behavioural change

Why behavioural change doesn’t always happen immediately

You will have been on a training course in the last year, possibly with me 🙂, which you concluded with some specific actions. You thought to yourself, ‘this is a really good idea, which I need to put into practice.’ But then you get back to your work and you forget the actions. Maybe a few weeks or months later you remember them, ‘oh yeah, I was going to do that…’


Why, when we have an action which we really think is a good idea for us, do we not just do it? 


Some of us have the kind of personality which drive us to deliver outputs. We are driven to just get things done. Make decisions, achieve objectives. Typically the drive to achieve work objectives is stronger than that to implement a behavioural change. So whilst we intend to implement the action at the end of the training, when we get back to work the urge to complete work objectives is too strong.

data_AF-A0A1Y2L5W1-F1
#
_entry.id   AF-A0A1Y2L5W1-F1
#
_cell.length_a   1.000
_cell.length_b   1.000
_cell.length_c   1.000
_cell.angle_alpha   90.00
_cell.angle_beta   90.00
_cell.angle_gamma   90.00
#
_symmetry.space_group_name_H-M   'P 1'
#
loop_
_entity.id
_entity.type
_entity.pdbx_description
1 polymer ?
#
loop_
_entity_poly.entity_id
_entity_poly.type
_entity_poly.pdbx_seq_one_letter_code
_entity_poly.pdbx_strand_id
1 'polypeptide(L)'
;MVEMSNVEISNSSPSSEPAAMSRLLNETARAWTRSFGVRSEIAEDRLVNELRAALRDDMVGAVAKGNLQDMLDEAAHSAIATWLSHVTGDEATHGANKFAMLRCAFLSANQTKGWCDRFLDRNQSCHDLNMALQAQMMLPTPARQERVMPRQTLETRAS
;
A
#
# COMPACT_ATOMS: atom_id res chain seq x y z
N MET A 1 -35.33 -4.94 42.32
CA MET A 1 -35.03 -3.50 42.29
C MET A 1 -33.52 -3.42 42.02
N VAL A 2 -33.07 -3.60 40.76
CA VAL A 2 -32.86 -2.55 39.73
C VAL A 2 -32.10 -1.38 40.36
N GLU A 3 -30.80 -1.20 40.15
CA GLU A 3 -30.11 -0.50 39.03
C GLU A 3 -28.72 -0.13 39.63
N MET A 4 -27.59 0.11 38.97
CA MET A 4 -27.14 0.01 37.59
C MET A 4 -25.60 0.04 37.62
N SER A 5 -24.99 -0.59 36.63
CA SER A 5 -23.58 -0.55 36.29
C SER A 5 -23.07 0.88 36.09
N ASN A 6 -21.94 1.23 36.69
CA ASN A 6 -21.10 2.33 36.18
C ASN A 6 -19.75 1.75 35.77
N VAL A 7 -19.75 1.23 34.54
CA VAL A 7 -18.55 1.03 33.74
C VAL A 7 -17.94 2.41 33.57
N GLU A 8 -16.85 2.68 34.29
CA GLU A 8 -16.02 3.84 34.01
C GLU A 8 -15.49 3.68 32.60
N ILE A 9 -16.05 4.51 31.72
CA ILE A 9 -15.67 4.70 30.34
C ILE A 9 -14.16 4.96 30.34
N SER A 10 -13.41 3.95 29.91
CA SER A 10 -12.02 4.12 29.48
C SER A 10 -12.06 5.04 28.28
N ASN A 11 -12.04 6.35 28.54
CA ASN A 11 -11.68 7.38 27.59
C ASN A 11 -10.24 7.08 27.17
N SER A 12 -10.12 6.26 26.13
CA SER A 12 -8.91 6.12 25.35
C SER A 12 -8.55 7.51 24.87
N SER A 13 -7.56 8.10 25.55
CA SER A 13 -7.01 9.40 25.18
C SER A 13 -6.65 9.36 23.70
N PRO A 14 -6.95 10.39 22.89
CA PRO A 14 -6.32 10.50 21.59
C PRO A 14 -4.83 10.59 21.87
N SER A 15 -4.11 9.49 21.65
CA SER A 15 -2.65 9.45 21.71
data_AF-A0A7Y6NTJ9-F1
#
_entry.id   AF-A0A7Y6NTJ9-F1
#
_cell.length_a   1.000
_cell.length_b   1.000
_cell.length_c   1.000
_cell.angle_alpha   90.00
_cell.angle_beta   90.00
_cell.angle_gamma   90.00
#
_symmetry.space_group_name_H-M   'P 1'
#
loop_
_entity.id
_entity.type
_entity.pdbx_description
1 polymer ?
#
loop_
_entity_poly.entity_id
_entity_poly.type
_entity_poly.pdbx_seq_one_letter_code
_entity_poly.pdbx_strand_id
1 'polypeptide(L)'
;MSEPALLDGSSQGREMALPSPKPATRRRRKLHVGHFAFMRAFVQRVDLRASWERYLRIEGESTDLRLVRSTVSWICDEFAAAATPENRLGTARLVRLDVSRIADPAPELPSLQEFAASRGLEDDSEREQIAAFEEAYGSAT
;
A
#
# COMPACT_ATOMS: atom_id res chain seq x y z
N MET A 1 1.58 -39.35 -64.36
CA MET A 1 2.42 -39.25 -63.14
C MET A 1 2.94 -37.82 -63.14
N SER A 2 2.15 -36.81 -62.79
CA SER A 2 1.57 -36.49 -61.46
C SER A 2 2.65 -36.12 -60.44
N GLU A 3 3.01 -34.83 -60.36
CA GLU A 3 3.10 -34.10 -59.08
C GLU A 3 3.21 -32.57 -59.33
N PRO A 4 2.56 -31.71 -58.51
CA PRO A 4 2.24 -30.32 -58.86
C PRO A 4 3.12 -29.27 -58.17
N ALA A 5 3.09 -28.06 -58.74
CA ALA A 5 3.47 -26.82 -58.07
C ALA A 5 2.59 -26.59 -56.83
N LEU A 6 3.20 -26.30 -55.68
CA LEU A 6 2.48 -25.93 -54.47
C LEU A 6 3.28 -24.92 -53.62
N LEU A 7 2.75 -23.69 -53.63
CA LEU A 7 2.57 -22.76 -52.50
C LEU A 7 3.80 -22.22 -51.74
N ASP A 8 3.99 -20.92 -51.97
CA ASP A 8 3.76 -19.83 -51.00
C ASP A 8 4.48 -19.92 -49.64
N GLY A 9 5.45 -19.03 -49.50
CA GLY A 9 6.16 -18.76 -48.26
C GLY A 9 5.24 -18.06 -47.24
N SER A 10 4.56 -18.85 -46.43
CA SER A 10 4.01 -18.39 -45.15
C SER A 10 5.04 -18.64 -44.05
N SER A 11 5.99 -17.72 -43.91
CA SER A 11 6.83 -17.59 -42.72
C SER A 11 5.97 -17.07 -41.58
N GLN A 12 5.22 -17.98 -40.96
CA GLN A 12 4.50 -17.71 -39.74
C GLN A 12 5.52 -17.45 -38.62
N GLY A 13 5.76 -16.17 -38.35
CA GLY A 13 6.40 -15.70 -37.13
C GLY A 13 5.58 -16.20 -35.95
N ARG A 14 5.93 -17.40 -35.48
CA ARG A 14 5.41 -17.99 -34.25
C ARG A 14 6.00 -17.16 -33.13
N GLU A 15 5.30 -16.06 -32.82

Something happens

Unforeseen events can happen at any time. A new project. Change in staff. A client delivery issue. These things take our minds off our behavioural change action. Still a good action, it’s just slipped down the To Do list, for good reason. It doesn’t mean we can’t come back ot it. But for now it gets relegated to a less urgent pile.

It's too difficult

In theory your behavioural change is a good idea and it’s doable. In practice it’s too much of a change. It’s so easy to underestimate the effort it will take to implement a change. If the action is too difficult, the chances we will do it are reduced.

So what do you do? How do you implement the action?

I’ll answer that in a future post. But for the moment it is important to recognise that there are very good reasons why we don’t implement behavioural change actions. It is normal for stuff to get in the way. What we need to do is learn from what has happened and what has not happened. Even if it is to simply say, this is what I planned on doing and it didn’t get done because of X. Recognising this X is really important and is the first step to improving the chances of behavioural change in the future. If we can say that we didn’t make the change because of X, we are on the way. And this X could be about personality, work priorities, because it is just too difficult, or some other reason.

Next time I will write about interpreting these reasons and working out what to do next. 🙂

Why behavioural change doesn’t always happen immediately